City moves ahead on library
Published 10:16 pm Wednesday, November 20, 2013
The city will purchase 10 parcels along West Washington, South and Lee streets to pursue its plan for a new downtown library and satellite community college campus, Deputy City Manager Patrick Roberts told City Council members Wednesday.
The parcels, which are owned by three separate owners, include nine rental houses, four commercial buildings and two vacant lots. Some parcels have more than one building. Two of the owners are investment companies owned by Ralph Nahra and Andy Damiani, Roberts said.
The city is moving ahead on the project regardless of legislators’ concerns expressed during the legislative dinner earlier this month that the state may not have the money to cooperate on the project, even if it has the desire to do so.
Email newsletter signup
City leaders envision a library that would have classrooms and other resources for Paul D. Camp Community College, as well as amenities such as a café, local history museum and genealogy center. The project is estimated to cost $22 million. It would replace the current Morgan Memorial Library a couple of blocks to the west of the proposed site.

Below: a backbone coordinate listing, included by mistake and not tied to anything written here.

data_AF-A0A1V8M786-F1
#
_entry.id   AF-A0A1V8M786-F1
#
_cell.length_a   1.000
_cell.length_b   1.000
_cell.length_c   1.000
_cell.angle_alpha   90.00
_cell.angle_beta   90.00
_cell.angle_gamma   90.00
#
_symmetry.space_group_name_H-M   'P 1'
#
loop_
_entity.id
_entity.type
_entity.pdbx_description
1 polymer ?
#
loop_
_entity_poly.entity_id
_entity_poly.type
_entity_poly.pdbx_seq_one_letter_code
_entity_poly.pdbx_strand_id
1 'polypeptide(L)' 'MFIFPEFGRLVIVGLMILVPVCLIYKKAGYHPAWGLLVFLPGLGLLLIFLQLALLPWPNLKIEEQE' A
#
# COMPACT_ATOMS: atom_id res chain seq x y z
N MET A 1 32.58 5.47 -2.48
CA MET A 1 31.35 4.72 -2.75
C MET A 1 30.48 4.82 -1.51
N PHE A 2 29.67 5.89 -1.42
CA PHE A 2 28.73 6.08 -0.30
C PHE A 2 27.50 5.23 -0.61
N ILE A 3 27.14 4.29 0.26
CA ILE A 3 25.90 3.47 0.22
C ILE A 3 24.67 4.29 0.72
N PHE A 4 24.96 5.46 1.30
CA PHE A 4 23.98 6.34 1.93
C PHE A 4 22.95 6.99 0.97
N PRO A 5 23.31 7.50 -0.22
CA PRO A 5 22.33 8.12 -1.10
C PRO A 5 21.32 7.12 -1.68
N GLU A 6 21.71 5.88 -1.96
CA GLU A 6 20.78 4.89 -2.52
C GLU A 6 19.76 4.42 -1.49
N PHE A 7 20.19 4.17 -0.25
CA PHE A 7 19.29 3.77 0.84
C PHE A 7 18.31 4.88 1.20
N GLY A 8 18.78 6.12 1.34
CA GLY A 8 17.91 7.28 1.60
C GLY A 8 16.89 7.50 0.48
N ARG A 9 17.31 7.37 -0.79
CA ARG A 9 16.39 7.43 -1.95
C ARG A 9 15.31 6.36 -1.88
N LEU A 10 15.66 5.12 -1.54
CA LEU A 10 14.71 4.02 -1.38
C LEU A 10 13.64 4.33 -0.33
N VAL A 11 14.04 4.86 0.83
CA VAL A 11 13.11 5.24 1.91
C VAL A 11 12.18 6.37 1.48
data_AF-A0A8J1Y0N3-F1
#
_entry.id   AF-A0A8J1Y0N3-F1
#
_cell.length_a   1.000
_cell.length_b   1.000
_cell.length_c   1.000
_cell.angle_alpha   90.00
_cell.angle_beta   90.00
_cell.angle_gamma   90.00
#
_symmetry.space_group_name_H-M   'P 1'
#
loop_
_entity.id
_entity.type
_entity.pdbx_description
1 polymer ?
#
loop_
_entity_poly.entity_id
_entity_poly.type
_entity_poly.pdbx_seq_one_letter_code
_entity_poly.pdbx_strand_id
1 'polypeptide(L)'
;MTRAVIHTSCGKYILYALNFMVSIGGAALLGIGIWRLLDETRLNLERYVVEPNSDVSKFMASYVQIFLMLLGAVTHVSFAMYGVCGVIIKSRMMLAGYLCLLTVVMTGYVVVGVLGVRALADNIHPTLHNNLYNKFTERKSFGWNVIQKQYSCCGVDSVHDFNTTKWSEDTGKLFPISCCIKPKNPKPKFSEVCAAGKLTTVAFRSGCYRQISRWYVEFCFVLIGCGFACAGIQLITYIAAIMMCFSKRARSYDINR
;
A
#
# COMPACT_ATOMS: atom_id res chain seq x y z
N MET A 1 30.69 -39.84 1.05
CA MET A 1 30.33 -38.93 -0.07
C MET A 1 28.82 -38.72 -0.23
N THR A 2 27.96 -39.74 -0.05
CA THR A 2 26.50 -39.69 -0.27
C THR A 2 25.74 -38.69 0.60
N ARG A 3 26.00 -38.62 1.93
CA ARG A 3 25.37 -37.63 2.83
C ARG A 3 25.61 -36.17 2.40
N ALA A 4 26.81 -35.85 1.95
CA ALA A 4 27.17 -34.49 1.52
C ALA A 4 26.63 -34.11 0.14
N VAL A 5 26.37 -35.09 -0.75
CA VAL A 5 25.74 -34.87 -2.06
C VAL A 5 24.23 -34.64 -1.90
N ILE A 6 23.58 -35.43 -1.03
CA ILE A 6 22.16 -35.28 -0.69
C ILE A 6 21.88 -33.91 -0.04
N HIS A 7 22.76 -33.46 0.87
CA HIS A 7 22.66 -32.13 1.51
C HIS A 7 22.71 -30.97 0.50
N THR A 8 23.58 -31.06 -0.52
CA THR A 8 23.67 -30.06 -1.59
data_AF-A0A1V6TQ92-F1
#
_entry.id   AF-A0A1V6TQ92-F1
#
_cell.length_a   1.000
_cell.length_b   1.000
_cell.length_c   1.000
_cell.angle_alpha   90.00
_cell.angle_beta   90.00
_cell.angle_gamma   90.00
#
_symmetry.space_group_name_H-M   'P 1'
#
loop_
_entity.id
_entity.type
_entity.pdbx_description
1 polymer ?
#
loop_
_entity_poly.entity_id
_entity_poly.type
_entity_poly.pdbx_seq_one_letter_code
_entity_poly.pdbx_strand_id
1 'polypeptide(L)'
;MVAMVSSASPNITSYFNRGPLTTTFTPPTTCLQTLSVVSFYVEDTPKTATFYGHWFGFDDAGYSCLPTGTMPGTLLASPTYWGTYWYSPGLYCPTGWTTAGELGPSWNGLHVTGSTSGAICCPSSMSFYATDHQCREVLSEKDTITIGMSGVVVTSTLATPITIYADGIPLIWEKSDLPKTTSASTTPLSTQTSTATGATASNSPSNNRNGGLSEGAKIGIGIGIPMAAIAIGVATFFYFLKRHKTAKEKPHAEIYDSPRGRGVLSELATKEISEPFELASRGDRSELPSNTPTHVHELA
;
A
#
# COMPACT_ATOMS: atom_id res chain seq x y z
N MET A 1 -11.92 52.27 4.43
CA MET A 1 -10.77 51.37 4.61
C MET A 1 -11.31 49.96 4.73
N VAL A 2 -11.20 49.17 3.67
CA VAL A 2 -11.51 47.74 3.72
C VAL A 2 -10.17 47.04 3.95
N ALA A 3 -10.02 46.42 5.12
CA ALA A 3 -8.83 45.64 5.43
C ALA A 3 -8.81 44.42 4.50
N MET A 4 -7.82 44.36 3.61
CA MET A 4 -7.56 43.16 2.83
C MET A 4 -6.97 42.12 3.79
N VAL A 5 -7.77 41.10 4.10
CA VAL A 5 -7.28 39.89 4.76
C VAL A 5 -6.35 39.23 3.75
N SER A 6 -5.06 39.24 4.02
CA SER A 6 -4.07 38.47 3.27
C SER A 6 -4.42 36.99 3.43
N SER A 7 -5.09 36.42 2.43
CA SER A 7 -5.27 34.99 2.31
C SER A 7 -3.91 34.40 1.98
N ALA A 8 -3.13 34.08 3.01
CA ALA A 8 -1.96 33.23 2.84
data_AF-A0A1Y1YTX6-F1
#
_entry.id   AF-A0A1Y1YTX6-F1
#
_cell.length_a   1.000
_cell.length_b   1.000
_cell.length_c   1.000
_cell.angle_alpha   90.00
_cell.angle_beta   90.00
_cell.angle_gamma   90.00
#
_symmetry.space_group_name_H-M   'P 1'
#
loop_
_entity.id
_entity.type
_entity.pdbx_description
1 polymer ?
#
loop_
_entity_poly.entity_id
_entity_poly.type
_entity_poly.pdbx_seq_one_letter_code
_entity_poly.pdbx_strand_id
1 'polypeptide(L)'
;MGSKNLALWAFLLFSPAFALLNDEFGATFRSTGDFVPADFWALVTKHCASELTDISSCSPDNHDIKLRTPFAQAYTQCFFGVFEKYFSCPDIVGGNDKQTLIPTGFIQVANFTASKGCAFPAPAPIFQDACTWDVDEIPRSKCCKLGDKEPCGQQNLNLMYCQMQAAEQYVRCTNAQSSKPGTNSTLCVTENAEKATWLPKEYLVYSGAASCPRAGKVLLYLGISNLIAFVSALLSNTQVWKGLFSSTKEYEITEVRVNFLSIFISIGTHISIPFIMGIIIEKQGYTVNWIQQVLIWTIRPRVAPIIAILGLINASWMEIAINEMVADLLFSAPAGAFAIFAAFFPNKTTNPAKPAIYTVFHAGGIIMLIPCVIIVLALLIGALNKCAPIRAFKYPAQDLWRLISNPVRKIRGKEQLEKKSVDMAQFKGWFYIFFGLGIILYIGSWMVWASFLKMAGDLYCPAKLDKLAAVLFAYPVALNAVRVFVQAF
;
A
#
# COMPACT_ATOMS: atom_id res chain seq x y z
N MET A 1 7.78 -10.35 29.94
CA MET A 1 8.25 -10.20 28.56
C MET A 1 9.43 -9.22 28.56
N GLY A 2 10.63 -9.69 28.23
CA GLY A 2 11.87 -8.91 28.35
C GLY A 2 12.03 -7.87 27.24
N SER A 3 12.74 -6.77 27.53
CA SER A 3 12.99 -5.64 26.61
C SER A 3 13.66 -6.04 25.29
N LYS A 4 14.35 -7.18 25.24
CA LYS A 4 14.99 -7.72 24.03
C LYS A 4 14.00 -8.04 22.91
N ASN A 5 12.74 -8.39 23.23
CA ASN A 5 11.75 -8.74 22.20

But legislators, especially Delegate Chris Jones (R-76), said at the Nov. 7 legislative dinner that other priorities in the community college system may come first.
Mayor Linda T. Johnson said on Wednesday the city should make itself heard with state officials to move its project to the top of the state’s list. The city will include a request for policy support from the state in its legislative package.
“There’s a lot of competition in the community colleges, and we know that,” she said. “We’ll just keep going until we get what we really want.”
Vice Mayor Charles Brown and Councilman Roger Fawcett said they want to expand the new facility’s offerings to other higher education institutions, such as four-year colleges and trade schools. Fawcett noted upcoming tolls on the Midtown and Downtown tunnels will add a burden for students from Suffolk trying to commute to Old Dominion University or Norfolk State University.
Councilman Mike Duman said the college’s cooperation is “the most important element” because it will bring people downtown and inject new life into the old district.
Other council members said they are just excited to get a new library, although the other resources are a bonus.
“We need a new library, period,” Councilman Jeffrey Gardy said. “The library we’ve got now is really antiquated.”
On Dec. 4, the council will hold a public hearing to get comments on financing about $2.1 million for acquisition, demolition, environmental studies and other preliminary costs. On Dec. 18, the council will consider a resolution appropriating the proceeds of that financing.
Roberts said the city hopes to have all the property in hand by June 2014.